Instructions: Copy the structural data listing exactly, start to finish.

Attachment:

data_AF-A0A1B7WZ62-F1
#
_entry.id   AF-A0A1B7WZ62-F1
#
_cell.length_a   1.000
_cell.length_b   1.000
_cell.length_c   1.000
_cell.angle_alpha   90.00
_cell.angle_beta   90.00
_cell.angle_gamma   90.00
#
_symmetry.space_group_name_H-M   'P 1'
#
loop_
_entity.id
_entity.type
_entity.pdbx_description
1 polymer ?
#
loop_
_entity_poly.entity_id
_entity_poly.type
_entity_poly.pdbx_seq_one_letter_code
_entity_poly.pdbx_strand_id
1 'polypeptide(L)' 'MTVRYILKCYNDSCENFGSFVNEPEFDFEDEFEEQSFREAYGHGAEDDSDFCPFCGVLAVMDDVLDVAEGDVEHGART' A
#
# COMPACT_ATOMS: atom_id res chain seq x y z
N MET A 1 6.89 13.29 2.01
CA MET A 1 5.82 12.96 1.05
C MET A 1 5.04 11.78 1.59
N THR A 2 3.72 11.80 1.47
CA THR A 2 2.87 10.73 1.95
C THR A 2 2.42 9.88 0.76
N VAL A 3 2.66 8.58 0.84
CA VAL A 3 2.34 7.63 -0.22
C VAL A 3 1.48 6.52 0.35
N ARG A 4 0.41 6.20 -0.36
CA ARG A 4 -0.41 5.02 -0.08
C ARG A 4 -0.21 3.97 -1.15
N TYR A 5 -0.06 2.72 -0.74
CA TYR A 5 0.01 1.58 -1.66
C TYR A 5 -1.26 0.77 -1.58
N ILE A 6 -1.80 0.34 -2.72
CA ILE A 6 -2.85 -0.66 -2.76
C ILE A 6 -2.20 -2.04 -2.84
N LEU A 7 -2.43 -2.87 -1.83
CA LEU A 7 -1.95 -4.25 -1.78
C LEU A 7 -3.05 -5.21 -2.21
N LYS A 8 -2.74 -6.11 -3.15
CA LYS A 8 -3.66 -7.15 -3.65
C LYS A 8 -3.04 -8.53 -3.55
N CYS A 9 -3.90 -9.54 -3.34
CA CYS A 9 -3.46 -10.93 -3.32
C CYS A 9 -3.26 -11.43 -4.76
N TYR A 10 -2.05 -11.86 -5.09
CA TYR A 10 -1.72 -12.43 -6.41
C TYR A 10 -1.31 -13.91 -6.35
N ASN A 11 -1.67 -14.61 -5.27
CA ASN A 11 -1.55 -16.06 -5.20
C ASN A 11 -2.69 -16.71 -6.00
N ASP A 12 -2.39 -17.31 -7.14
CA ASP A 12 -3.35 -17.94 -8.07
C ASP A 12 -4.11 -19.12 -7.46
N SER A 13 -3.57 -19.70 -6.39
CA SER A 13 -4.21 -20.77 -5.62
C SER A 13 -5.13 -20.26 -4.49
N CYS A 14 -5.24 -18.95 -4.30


data_AF-A0A1B7WZ62-F1
#
_entry.id   AF-A0A1B7WZ62-F1
#
_cell.length_a   1.000
_cell.length_b   1.000
_cell.length_c   1.000
_cell.angle_alpha   90.00
_cell.angle_beta   90.00
_cell.angle_gamma   90.00
#
_symmetry.space_group_name_H-M   'P 1'
#
loop_
_entity.id
_entity.type
_entity.pdbx_description
1 polymer ?
#
loop_
_entity_poly.entity_id
_entity_poly.type
_entity_poly.pdbx_seq_one_letter_code
_entity_poly.pdbx_strand_id
1 'polypeptide(L)' 'MTVRYILKCYNDSCENFGSFVNEPEFDFEDEFEEQSFREAYGHGAEDDSDFCPFCGVLAVMDDVLDVAEGDVEHGART' A
#
# COMPACT_ATOMS: atom_id res chain seq x y z
N MET A 1 6.89 13.29 2.01
CA MET A 1 5.82 12.96 1.05
C MET A 1 5.04 11.78 1.59
N THR A 2 3.72 11.80 1.47
CA THR A 2 2.87 10.73 1.95
C THR A 2 2.42 9.88 0.76
N VAL A 3 2.66 8.58 0.84
CA VAL A 3 2.34 7.63 -0.22
C VAL A 3 1.48 6.52 0.35
N ARG A 4 0.41 6.20 -0.36
CA ARG A 4 -0.41 5.02 -0.08
C ARG A 4 -0.21 3.97 -1.15
N TYR A 5 -0.06 2.72 -0.74
CA TYR A 5 0.01 1.58 -1.66
C TYR A 5 -1.26 0.77 -1.58
N ILE A 6 -1.80 0.34 -2.72
CA ILE A 6 -2.85 -0.66 -2.76
C ILE A 6 -2.20 -2.04 -2.84
N LEU A 7 -2.43 -2.87 -1.83
CA LEU A 7 -1.95 -4.25 -1.78
C LEU A 7 -3.05 -5.21 -2.21
N LYS A 8 -2.74 -6.11 -3.15
CA LYS A 8 -3.66 -7.15 -3.65
C LYS A 8 -3.04 -8.53 -3.55
N CYS A 9 -3.90 -9.54 -3.34
CA CYS A 9 -3.46 -10.93 -3.32
C CYS A 9 -3.26 -11.43 -4.76
N TYR A 10 -2.05 -11.86 -5.09
CA TYR A 10 -1.72 -12.43 -6.41
C TYR A 10 -1.31 -13.91 -6.35
N ASN A 11 -1.67 -14.61 -5.27
CA ASN A 11 -1.55 -16.06 -5.20
C ASN A 11 -2.69 -16.71 -6.00
N ASP A 12 -2.39 -17.31 -7.14
CA ASP A 12 -3.35 -17.94 -8.07
C ASP A 12 -4.11 -19.12 -7.46
N SER A 13 -3.57 -19.70 -6.39
CA SER A 13 -4.21 -20.77 -5.62
C SER A 13 -5.13 -20.26 -4.49
N CYS A 14 -5.24 -18.95 -4.30